In the processing of thermoplastics, thermosets and elastomers, especially waste thermoplastics, thermosets and elastomers, the methods for recycling such materials and the ability to produce useful articles from recyclable materials has been limited. Current methods utilize an extrusion process for compressing granulated thermoplastics into articles whose shape is determined by the shape of the die outlet. As such, articles made through this type of process are limited in their dimensions to articles having a constant cross-section. Further, most extrusion processes require that dirt, metals and other impurities be separated from the thermoplastic material prior to the extrusion process, since extrusion equipment can be damaged by such materials. However, the removal of dirt, metals and other impurities from the thermoplastic material is costly and time consuming. In addition, products made under current processes often have limited usefulness due to insufficient yield stress, tensile stress and elongation.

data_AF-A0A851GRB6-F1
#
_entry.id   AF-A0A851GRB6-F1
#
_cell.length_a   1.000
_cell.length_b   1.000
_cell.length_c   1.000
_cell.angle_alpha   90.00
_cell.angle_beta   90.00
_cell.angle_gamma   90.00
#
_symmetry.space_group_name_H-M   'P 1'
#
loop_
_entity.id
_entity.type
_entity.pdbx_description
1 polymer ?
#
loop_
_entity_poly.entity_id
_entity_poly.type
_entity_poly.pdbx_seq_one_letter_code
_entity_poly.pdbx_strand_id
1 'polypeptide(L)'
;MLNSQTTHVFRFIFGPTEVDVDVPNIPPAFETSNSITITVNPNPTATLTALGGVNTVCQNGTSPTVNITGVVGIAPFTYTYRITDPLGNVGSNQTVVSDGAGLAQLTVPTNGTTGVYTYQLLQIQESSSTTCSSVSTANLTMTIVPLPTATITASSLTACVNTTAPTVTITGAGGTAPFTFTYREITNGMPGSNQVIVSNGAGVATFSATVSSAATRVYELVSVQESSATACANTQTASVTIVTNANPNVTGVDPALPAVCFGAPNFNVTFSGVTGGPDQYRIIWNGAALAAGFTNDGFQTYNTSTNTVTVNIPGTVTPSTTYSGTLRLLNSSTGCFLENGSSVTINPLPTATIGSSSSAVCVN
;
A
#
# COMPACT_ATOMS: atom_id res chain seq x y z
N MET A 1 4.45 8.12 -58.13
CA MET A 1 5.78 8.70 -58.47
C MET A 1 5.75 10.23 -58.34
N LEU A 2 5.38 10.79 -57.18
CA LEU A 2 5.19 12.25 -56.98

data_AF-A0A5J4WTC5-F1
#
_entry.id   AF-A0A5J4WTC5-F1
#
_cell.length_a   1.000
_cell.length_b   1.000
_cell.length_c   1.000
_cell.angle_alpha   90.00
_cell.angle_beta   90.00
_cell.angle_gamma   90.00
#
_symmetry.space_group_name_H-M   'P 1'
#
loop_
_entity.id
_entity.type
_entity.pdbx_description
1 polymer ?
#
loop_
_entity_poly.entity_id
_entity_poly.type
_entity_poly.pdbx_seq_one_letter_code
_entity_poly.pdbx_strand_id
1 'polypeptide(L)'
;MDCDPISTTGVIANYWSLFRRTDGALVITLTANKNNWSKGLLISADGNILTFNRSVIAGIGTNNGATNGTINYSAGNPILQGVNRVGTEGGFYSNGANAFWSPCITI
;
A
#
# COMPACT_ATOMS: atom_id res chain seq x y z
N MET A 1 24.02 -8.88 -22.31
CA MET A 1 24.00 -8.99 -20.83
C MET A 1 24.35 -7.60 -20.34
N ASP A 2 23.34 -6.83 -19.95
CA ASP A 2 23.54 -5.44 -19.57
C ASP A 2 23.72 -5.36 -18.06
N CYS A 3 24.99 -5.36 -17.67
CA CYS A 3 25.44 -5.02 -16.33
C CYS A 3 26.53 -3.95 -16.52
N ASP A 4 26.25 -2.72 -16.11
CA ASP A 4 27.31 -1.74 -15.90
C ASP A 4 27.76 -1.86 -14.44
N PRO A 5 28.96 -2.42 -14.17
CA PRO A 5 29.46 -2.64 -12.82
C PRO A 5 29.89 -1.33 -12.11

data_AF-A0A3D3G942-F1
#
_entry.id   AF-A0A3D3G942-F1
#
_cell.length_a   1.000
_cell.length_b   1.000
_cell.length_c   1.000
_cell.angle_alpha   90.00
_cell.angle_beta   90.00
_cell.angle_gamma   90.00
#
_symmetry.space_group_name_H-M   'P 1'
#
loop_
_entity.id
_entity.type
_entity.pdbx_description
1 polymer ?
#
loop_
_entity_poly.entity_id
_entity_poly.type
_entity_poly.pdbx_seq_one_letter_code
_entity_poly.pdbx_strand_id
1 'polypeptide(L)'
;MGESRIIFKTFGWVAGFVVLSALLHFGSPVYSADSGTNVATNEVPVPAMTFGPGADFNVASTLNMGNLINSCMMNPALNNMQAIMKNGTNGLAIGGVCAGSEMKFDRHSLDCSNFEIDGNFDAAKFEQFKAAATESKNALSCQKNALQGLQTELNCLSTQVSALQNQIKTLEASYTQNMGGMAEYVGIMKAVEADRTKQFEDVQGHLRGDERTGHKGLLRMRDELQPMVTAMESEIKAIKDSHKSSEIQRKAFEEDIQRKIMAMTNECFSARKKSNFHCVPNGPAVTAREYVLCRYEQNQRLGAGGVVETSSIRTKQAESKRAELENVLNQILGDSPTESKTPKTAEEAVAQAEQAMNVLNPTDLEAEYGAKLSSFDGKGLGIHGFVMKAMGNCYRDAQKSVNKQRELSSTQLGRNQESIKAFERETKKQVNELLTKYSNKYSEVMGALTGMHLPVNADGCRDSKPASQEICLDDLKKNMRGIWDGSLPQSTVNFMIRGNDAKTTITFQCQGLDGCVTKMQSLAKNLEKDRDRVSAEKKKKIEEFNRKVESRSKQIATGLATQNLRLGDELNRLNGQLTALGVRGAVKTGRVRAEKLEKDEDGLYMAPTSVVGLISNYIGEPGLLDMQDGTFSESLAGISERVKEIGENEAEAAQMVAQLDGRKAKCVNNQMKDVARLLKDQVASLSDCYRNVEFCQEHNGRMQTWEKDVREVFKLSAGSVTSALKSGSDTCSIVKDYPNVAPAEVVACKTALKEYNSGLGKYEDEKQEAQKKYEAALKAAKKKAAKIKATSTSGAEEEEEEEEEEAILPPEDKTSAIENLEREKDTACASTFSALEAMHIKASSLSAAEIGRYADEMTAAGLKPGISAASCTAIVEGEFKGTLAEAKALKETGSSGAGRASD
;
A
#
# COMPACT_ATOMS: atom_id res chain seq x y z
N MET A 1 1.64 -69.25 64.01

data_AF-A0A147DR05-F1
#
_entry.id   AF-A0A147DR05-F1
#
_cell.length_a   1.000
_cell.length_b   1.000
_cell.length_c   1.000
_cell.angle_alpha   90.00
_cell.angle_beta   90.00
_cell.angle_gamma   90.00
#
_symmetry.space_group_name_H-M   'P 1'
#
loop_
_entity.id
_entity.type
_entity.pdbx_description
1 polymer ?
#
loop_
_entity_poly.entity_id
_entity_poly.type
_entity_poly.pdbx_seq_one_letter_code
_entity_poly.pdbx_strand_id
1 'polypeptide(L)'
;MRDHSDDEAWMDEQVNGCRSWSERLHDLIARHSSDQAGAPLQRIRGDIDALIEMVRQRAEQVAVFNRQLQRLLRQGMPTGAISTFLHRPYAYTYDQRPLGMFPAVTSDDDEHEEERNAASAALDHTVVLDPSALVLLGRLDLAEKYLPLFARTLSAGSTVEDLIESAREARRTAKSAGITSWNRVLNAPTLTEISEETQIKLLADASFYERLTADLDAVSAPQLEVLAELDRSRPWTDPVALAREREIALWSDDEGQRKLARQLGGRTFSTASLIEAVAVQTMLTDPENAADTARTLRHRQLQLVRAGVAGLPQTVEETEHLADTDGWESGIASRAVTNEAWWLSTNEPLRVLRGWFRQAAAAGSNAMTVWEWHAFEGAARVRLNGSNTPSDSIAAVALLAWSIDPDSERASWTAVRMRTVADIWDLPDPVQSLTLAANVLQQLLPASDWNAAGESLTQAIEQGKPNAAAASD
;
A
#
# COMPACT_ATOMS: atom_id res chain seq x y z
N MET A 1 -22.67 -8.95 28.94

SUMMARY OF THE INVENTION

An advantage of the present invention is to provide a method for forming biocompatible components using a multiple-step technique which can produce biocompatible components relatively quickly at a reduced cost.

A further advantage of the present invention is to provide a method for forming biocompatible components which produces a stock of consolidated ultra-high molecular weight polyethylene which can be machined without being subjected to a stress relief or annealing operation.

Another advantage of the present invention is to provide a method for forming biocompatible components which does not substantially increase the crystallization of the stock used to form the biocompatible component.

A further advantage of the present invention is to provide a method for forming biocompatible components which uses both a cold isostatic pressure treatment as well as a hot isostatic pressure treatment.

A further advantage of the present invention is to provide a method for forming biocompatible components which enhances the bonding between the composite materials from which the biocompatible component is made.

A further advantage of the present invention is to provide a method for forming biocompatible components which facilitates the adhesion of a porous metal coating.

A further advantage of the present invention is the provision of a method and apparatus for forming articles from recyclable thermoplastic, thermoset and elastomeric waste material whose size may be varied in each of three dimensions.